There are a lot of reasons why I don’t want to reread the oft-challenged book “Scary Stories to Tell in the Dark” by Alvin Shwartz. It has nothing to do with it’s being challenged (although it was the number one challenged book for nine years), and more to do with me being a big baby with anything remotely scary. I remember reading these books as a kid; trying to keep up with my Goosebumps reading peers and camp go-ers who reveled in sharing scary stories. I remember them well… many of the stories scare me still to think about. But, it’s even scarier to think that challenges of this book are taking it out of the hands of children around the nation. All children should have the fundamental right to read. And with the popularity of TV and technology, we should be celebrating children who are continuing to reach into the stacks and find their connection to the world, even if it is a world of frights!
While I have tried to tuck away the ghoulish stories that I dutifully read as a child trying to fit in, working in a library, you will get the requests of tweens (who are at a scary age themselves, shifting from child to person) for the scary trilogy and delighting about finding them and diving in. I have children request these items all year round, and while I use this reader’s advisory interaction to tell them my own fears of the scary things, the children are empowered to be brave and empowered readers. They love to tell me how brave they are and how they aren’t scared! They share with me all kinds of stories about hearing weird noises at night or helping a younger sibling or how they didn’t get scared at a scary part of a movie! Not only do they get the book, but also they get something even a better, an adult that is active in their world and someone they connect to at the library. They come back and “torment” me with all the horrible things that they read.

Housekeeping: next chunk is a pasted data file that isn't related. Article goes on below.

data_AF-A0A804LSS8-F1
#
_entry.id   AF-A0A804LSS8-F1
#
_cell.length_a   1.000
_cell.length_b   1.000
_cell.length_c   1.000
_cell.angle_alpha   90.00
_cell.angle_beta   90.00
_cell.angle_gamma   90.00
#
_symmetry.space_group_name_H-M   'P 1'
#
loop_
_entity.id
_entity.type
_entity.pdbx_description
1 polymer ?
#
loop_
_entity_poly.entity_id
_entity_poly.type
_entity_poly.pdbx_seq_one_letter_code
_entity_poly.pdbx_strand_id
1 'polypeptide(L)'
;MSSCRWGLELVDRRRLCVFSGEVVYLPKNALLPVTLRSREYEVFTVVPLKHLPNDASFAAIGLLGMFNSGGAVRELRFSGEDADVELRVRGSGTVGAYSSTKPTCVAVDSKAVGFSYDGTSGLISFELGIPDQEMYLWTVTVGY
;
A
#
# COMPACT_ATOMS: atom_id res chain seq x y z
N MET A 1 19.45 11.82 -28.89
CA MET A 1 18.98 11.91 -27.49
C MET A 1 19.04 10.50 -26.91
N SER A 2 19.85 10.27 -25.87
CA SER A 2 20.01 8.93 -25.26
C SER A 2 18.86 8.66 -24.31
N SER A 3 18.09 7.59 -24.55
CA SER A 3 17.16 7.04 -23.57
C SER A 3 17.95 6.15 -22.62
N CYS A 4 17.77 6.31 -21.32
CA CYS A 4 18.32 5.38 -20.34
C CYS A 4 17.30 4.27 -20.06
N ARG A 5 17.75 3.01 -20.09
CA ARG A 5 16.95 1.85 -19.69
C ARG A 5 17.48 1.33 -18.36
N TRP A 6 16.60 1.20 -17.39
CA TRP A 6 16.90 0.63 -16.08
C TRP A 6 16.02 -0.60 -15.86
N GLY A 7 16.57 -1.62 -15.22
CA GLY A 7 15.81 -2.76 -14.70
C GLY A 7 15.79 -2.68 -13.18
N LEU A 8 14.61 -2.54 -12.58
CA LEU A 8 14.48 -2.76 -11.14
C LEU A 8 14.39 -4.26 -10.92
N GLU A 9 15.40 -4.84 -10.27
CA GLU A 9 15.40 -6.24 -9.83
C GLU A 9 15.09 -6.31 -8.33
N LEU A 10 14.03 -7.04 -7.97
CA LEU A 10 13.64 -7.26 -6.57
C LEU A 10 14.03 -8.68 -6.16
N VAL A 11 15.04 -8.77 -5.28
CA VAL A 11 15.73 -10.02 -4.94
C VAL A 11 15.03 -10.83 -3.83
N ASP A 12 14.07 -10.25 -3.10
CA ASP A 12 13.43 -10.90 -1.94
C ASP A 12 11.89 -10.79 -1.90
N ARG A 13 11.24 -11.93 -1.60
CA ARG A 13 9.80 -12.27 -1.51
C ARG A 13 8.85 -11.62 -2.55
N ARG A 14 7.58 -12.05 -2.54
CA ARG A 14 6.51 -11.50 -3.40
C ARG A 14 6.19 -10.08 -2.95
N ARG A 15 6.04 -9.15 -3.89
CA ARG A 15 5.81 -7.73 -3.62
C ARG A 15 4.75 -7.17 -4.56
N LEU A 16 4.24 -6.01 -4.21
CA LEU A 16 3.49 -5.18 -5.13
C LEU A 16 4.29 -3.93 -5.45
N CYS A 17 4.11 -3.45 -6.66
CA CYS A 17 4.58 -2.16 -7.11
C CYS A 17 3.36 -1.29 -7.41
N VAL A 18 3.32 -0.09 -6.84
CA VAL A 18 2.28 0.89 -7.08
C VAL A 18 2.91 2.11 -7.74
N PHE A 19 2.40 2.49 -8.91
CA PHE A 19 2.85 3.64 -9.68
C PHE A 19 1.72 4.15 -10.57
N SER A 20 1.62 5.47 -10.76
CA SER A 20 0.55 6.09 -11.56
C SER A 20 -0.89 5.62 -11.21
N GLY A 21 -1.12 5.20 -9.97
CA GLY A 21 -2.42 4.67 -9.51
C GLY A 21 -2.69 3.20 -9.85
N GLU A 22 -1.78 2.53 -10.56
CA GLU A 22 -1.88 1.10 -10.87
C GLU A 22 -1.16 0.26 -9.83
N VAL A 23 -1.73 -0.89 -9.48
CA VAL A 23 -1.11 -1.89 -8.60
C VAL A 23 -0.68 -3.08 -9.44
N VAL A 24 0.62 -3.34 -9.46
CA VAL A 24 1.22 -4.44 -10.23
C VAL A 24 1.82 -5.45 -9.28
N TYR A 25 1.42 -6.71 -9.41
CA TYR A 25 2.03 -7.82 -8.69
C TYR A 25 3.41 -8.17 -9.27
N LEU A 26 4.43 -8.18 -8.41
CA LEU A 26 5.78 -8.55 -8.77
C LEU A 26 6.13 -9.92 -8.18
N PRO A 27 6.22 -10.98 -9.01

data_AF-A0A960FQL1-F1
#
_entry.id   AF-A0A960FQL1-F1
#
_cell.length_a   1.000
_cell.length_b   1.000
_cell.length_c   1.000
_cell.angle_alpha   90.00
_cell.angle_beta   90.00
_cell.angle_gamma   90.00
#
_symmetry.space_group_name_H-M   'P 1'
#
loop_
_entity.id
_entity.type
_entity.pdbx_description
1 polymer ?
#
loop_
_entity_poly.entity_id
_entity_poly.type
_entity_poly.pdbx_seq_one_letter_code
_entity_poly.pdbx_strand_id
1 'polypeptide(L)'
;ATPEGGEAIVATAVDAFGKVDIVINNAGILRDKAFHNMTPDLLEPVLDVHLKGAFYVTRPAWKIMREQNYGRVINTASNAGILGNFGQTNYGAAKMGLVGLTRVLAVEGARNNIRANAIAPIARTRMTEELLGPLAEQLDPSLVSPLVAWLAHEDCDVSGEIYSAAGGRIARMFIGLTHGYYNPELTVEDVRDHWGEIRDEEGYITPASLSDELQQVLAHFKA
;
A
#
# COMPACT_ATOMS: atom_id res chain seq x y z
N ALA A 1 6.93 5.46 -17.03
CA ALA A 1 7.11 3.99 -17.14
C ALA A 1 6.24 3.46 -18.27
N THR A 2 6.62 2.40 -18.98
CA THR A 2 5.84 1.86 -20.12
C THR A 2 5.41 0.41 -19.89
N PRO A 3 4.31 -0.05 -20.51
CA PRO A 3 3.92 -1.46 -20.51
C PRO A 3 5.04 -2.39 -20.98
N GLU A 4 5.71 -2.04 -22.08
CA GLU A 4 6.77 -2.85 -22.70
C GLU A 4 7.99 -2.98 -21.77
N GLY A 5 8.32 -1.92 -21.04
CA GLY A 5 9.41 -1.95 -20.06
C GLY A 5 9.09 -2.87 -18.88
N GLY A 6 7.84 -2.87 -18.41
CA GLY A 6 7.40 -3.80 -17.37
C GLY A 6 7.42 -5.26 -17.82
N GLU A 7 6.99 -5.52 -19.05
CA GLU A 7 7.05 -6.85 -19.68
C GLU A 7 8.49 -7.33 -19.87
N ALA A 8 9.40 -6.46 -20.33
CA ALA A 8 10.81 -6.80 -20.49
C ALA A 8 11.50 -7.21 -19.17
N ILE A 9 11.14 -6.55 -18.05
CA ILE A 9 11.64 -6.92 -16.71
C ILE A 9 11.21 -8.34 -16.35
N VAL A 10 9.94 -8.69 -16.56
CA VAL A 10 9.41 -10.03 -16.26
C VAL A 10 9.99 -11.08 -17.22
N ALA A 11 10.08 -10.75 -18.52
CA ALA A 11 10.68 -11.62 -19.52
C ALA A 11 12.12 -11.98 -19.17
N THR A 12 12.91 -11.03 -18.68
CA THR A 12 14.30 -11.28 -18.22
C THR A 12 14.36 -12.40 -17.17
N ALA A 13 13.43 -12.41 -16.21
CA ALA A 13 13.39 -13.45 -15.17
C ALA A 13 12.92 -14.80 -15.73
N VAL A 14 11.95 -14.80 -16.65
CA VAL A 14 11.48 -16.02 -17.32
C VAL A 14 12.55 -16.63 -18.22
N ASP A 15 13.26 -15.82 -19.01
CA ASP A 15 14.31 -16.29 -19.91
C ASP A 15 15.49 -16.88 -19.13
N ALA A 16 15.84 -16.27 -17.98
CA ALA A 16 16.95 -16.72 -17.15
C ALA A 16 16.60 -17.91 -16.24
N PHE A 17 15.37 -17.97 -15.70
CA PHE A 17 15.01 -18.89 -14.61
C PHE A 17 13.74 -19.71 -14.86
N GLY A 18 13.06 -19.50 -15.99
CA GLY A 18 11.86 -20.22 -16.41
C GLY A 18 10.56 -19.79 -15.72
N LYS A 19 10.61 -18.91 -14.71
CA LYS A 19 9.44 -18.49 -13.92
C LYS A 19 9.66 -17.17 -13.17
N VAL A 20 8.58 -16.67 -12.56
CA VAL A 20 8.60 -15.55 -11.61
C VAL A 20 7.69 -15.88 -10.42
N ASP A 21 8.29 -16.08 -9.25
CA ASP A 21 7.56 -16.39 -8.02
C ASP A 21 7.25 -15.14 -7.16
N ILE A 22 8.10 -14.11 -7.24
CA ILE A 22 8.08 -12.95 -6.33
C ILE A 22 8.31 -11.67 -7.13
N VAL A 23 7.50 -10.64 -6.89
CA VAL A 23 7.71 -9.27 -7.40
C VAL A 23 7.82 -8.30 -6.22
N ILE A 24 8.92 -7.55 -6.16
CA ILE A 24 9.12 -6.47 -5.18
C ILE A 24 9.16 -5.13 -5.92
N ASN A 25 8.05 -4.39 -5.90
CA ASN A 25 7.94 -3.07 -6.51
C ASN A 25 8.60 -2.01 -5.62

Luckily for those children, and my much braver peers, these “Scary Stories” are being shown new light with an upcoming documentary about not only the story themselves but also the controversy surrounding them. The film is being crowd funded at the site: https://www.indiegogo.com/projects/scary-stories#/ which despite a lofty goal, suggests that people have an invested interest in seeing these stories, their origins, and the controversy brought to the screen. This is an interesting point that relates back to the idea of censorship, just because one person doesn’t like a book or want to read it, doesn’t mean that the book should be banned for everyone! We are all different people and different books appeal in different ways to us. I don’t want to read these stories, but I know plenty of kids and adults that delight in reading creepy stories, and these are the books for them!
For more information on the film project, see this site: www.scarystoriesdoc.com
Amy Steinbauer is the Early Childhood Outreach Library at the Beaumont Library District in Southern CA. She drives a bookmobile and specializes in outreach and early literacy! She has her MLISc from University of Hawaii, and a B.A. in English from Muhlenberg College in Allentown, PA. She won the 2015 Conable Scholarship to attend ALA Annual in San Francisco, and will be presenting at the 2016 Annual conference in Orlando, FL. She loves professional development, and is currently serving as a Board Member at Large for the Association of Bookmobile and Outreach Services (ABOS), is on ALA’s Public Awareness Committee, and on the SASCO Committee through NMRT. She loves mermaids, and advocating for libraries, and will one day combine them both to take over the world! Until then, follow her on twitter @merbrarian.